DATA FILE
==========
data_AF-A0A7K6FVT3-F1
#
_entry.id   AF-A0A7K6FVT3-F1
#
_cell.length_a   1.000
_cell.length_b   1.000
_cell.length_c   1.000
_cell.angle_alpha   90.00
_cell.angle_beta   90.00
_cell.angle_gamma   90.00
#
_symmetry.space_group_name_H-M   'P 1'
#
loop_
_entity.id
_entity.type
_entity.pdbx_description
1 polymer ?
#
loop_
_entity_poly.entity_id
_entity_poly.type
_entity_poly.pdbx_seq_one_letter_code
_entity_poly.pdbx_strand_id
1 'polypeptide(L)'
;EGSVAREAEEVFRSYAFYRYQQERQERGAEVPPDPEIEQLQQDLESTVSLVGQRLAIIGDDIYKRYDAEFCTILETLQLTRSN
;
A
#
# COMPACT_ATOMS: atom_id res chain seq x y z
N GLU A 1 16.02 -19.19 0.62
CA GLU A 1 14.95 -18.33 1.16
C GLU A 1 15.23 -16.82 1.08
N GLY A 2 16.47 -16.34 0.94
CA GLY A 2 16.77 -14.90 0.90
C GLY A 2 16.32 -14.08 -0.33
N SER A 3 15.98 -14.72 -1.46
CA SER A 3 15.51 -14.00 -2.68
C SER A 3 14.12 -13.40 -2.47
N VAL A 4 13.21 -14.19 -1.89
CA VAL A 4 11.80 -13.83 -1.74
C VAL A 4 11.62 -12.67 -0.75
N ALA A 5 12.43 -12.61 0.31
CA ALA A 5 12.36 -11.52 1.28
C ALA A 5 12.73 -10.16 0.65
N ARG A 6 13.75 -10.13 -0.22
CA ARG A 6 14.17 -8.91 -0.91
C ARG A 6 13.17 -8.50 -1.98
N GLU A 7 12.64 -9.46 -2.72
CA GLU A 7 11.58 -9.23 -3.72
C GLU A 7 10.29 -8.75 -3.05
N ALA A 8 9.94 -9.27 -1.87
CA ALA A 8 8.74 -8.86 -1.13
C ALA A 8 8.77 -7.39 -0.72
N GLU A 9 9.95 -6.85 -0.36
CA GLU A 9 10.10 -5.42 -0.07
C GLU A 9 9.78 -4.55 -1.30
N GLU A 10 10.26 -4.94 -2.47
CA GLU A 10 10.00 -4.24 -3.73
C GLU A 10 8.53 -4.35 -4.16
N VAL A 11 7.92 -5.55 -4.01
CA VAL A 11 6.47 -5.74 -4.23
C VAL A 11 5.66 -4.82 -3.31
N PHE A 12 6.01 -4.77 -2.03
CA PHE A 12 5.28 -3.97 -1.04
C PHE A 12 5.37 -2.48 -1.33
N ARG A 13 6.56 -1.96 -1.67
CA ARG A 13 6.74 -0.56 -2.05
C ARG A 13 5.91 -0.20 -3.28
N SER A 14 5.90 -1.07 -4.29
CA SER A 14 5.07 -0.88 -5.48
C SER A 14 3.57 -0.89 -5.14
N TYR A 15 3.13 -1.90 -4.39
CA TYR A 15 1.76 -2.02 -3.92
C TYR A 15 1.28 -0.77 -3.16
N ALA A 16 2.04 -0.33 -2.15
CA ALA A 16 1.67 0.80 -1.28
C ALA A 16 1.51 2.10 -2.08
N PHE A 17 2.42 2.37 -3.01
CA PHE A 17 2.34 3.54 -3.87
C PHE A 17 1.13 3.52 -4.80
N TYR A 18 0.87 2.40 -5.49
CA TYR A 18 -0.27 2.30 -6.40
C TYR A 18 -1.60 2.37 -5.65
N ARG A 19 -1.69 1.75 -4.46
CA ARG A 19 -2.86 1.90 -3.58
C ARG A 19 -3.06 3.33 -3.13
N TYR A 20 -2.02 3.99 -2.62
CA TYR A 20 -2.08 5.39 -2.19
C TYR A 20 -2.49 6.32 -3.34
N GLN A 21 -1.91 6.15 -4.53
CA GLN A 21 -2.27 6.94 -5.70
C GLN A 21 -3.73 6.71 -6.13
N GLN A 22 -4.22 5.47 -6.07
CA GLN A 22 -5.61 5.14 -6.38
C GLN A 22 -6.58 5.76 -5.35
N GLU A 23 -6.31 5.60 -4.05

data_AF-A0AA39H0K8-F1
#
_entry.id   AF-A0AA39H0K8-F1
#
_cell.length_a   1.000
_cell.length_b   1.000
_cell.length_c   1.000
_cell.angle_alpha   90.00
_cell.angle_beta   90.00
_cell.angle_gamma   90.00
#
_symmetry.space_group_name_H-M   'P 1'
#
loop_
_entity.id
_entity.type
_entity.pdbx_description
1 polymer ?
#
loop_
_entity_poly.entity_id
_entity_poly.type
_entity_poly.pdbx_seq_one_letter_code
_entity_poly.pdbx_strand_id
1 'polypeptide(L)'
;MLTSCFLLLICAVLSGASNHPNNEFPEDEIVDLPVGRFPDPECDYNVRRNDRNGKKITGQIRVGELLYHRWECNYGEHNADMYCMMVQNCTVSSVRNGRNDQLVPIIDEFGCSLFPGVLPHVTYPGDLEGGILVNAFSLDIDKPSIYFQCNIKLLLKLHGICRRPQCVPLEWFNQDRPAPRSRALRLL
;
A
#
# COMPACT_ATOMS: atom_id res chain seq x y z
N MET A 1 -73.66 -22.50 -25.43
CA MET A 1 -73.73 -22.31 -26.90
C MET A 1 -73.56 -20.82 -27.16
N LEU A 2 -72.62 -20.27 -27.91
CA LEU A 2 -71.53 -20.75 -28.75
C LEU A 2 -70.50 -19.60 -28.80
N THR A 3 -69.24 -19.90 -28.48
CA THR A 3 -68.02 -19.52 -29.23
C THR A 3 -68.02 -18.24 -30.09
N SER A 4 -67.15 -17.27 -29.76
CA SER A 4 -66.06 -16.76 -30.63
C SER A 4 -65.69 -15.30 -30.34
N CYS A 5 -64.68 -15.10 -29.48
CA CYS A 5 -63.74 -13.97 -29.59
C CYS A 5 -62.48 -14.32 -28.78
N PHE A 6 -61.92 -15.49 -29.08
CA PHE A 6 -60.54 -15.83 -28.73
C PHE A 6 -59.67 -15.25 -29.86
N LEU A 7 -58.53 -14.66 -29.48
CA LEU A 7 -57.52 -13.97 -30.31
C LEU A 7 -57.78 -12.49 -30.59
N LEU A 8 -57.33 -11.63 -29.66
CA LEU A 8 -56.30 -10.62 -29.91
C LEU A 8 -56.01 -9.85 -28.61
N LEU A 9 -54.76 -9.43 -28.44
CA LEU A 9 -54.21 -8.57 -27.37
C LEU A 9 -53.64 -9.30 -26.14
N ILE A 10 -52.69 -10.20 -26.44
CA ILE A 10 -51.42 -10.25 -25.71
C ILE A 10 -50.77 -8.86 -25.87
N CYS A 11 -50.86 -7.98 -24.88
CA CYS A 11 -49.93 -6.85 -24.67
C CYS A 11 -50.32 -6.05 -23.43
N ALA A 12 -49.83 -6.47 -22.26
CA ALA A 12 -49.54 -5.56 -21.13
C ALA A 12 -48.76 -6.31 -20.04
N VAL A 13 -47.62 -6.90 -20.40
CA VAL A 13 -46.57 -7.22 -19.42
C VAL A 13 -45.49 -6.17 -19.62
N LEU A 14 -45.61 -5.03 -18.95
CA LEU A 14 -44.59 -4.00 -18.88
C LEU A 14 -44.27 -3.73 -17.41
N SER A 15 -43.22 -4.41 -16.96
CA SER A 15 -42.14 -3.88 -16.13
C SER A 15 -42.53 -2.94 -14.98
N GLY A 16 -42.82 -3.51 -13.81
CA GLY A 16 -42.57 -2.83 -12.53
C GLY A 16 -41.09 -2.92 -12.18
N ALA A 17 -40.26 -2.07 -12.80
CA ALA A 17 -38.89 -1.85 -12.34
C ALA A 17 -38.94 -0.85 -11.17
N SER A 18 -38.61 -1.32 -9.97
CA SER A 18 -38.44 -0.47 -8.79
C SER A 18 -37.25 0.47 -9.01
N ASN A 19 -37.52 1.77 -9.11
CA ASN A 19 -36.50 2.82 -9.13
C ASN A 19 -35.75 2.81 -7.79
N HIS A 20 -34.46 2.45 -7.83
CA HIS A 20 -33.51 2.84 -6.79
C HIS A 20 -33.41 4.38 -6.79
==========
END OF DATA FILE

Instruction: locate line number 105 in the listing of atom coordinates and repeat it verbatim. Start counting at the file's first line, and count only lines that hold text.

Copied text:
_cell.angle_alpha   90.00